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Opinion: Business Leaders Stand Behind Common Core Standards

Opinion: Business Leaders Stand Behind Common Core Standards

Business leaders stand behind Common Core standards because they prepare students for a globally competitive world, says Cheryl Oldham, vice president of the Center for Education and Workforce, U.S. Chamber of Commerce Foundation on

"This fall, more states will be releasing test scores on new assessments aligned to high standards. Chances are these scores will look lower than in previous years. The scores, however, aren’t lower. They are more accurate," Oldham says.

Indeed, states have anticipated that test scores for new Common Core-aligned assessments would be low. But despite wide media coverage on confusing test questions and faulty test implementation, Oldham argues that regardless of early challenges the standards are raised to better prepare children for college and career.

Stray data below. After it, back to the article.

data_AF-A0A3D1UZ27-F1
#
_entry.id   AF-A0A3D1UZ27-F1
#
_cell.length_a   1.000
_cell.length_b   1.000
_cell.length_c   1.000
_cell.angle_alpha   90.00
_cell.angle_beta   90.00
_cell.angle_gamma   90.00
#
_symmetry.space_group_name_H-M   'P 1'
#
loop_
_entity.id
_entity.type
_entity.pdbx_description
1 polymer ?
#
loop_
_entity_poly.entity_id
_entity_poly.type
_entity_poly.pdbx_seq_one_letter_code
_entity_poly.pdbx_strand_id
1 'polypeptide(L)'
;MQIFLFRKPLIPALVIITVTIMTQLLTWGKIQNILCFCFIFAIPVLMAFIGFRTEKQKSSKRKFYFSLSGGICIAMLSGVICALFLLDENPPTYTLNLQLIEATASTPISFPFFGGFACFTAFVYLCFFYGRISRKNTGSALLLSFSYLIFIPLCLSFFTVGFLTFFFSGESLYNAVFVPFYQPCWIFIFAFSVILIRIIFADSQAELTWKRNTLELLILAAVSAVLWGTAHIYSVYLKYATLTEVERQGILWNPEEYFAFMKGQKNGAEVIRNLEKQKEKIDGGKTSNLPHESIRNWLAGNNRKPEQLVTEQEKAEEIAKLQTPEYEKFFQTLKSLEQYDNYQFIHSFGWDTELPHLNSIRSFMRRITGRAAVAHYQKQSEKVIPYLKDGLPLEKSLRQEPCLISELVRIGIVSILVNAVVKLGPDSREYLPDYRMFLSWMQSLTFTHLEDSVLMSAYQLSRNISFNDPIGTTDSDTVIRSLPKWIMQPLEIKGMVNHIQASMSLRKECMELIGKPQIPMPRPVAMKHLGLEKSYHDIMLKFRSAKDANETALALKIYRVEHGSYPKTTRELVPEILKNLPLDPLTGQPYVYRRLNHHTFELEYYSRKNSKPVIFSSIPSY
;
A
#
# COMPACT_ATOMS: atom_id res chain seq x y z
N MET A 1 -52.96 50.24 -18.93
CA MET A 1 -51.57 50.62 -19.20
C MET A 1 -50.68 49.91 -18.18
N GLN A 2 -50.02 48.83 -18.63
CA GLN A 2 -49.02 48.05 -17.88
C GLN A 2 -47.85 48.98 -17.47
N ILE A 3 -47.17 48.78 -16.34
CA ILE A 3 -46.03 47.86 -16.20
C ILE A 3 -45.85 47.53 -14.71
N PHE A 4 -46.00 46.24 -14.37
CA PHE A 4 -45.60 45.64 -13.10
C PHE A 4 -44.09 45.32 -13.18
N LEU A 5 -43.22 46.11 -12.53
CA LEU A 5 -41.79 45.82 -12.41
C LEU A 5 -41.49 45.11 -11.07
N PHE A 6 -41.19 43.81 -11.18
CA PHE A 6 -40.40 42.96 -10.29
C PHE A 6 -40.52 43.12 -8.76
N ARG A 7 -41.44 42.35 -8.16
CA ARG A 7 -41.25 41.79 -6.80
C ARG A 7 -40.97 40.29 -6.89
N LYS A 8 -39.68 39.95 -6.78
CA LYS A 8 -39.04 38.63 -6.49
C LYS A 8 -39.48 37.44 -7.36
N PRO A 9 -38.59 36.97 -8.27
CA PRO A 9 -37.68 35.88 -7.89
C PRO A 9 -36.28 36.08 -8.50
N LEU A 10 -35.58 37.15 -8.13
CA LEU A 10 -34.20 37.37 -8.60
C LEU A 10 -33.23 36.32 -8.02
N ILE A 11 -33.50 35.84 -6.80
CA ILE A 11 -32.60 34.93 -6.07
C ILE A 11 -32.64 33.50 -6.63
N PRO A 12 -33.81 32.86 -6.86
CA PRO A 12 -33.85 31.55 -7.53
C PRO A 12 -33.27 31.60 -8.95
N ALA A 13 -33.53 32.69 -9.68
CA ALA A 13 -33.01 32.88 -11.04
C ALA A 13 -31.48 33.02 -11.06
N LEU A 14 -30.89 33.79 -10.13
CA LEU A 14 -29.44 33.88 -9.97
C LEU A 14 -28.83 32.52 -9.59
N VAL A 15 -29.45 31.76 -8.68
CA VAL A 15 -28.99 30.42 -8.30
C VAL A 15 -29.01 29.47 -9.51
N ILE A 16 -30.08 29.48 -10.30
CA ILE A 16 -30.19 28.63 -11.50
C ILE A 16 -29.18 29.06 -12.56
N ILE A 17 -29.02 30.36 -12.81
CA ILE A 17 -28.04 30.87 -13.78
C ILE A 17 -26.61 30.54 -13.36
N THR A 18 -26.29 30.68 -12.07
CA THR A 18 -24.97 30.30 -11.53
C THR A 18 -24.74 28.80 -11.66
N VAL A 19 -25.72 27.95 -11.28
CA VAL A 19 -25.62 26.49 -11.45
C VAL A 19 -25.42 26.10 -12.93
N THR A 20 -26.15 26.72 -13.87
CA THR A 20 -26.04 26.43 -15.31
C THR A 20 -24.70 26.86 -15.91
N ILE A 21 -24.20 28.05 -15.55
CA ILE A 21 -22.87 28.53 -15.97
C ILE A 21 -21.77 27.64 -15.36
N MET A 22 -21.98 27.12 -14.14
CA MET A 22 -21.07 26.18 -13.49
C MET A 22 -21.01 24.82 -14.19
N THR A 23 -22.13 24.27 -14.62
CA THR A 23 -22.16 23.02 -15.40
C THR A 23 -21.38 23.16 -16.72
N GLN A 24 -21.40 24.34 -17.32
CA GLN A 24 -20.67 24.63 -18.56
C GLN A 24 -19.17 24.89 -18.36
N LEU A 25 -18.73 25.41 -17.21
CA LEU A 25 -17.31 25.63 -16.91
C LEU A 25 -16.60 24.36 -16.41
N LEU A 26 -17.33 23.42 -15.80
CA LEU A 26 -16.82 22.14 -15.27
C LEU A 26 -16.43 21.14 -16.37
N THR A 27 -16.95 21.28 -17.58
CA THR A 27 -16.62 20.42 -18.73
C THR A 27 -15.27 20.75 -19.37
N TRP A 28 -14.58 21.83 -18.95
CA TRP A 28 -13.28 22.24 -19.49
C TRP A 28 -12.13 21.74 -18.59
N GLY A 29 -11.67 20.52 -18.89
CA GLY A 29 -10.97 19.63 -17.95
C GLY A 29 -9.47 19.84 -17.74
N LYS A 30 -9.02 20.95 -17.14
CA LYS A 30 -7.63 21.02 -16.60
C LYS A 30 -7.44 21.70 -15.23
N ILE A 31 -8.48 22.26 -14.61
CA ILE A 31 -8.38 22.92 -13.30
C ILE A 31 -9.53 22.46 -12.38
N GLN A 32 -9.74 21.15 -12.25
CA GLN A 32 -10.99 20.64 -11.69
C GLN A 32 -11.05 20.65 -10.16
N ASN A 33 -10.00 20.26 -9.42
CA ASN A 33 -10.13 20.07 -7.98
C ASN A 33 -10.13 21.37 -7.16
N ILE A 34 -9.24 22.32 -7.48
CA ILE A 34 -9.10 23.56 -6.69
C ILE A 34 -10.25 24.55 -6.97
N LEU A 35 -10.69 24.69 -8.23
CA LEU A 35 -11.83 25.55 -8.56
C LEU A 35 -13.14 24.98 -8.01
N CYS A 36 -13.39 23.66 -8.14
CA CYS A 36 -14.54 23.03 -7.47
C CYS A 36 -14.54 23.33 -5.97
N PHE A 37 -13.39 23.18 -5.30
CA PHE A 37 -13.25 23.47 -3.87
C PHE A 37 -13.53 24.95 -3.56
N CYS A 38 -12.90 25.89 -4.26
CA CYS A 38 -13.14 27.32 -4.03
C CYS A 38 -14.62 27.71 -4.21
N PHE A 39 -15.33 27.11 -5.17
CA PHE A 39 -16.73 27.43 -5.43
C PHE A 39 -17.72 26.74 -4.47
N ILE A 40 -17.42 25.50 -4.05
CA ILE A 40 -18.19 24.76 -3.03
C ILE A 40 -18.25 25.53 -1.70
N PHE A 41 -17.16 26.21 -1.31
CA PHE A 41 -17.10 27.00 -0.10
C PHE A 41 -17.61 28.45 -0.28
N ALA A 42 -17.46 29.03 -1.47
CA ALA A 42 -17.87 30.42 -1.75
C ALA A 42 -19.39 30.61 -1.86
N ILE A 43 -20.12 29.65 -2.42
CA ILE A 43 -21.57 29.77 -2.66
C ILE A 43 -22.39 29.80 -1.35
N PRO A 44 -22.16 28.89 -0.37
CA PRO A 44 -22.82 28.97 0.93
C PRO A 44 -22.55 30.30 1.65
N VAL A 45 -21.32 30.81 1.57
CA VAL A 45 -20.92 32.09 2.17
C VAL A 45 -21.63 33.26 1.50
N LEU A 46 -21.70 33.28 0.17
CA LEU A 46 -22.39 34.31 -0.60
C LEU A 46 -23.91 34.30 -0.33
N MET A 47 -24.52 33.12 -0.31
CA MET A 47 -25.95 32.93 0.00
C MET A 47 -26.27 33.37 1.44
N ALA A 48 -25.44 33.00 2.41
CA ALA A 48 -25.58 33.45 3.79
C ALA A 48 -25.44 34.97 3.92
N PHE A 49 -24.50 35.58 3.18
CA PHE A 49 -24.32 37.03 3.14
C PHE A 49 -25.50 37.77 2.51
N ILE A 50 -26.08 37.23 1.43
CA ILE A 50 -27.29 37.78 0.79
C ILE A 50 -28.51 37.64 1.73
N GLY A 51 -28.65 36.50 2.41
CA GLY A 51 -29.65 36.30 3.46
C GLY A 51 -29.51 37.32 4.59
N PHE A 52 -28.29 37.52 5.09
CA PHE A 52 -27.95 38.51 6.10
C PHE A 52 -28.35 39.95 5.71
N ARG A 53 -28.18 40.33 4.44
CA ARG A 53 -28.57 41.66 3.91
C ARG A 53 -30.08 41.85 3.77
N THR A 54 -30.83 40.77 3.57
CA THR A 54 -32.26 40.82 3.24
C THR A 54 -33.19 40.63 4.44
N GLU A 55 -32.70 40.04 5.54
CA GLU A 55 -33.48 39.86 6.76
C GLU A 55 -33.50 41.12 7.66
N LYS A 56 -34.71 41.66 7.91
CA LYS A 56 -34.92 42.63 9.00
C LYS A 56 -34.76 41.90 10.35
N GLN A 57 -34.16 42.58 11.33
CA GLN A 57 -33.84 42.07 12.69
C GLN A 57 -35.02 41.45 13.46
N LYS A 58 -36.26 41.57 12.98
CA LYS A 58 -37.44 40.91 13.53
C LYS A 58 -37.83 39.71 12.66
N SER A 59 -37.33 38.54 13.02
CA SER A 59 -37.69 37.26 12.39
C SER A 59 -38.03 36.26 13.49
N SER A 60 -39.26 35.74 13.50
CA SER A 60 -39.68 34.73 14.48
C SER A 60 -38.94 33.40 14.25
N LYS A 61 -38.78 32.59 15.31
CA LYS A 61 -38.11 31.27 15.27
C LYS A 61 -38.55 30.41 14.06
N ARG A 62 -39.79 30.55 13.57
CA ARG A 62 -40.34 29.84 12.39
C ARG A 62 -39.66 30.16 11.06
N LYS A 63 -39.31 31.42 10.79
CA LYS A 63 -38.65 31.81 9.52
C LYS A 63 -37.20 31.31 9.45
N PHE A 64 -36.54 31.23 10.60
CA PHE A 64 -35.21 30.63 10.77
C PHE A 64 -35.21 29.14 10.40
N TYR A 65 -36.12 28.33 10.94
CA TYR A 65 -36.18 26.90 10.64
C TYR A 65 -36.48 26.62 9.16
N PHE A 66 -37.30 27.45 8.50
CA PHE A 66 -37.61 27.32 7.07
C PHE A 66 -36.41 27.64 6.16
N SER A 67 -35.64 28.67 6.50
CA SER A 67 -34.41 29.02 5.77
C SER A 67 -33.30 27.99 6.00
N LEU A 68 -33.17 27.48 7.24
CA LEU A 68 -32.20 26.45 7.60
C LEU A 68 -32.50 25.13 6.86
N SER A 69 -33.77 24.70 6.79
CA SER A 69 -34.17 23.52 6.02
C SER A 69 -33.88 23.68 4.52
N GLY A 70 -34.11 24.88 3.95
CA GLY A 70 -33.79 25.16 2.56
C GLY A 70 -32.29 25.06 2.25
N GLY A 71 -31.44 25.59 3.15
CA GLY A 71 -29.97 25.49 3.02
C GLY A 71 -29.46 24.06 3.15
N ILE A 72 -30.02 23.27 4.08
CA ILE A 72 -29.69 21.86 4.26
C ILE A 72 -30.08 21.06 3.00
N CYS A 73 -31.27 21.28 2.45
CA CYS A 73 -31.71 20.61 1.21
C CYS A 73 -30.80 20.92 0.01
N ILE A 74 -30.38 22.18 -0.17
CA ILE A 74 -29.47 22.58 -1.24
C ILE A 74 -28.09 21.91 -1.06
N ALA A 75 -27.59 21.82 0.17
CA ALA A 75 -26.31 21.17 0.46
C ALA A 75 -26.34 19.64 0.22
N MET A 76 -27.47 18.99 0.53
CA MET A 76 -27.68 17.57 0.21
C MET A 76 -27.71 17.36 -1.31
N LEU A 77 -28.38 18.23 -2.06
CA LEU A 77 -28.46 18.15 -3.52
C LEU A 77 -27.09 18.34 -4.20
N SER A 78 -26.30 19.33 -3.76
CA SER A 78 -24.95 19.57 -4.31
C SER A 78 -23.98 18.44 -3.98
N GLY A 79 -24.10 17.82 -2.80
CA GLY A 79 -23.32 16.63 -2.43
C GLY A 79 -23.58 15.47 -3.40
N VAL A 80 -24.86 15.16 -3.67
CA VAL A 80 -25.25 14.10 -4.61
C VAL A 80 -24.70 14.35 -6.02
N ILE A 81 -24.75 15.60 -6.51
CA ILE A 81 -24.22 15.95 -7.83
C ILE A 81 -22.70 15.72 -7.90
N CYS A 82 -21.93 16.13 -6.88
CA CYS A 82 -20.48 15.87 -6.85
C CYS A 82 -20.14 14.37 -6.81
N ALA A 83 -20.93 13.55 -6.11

"These new assessments move away from a system of fill-in-the-bubble tests. Students now show their work, explain their answers, and truly demonstrate mastery of the content—in a way that has not been done before," she says.

In order to highlight the changing education landscape and the positive effect of higher standards, the U.S. Chamber of Commerce Foundation has developed a website called Achieve Tomorrow that includes a state-by-state map with student proficiency rates, "college remediation and completion rates, the job outlook in 2020, and the skills gap that each state faces in filling future jobs."

The site also comes in handy because it provides detailed information about the Common Core and exposes myths about the standards, such as correcting misinformation concerning federal involvement and the standards' role in teacher evaluations. This is particularly important because recent polls have revealed that despite many people having passionate opinions on the Common Core, many are misinformed on what they actually entail. That resource can be found here.

"As students get settled in after the morning bell, think about the challenges ahead for your children in school, in work, and in life. It’s good to know that they’ll be prepared," Oldham concludes.

Read Oldham's full post here and comment with your thoughts below.

Article by Nicole Gorman, Education World Contributor


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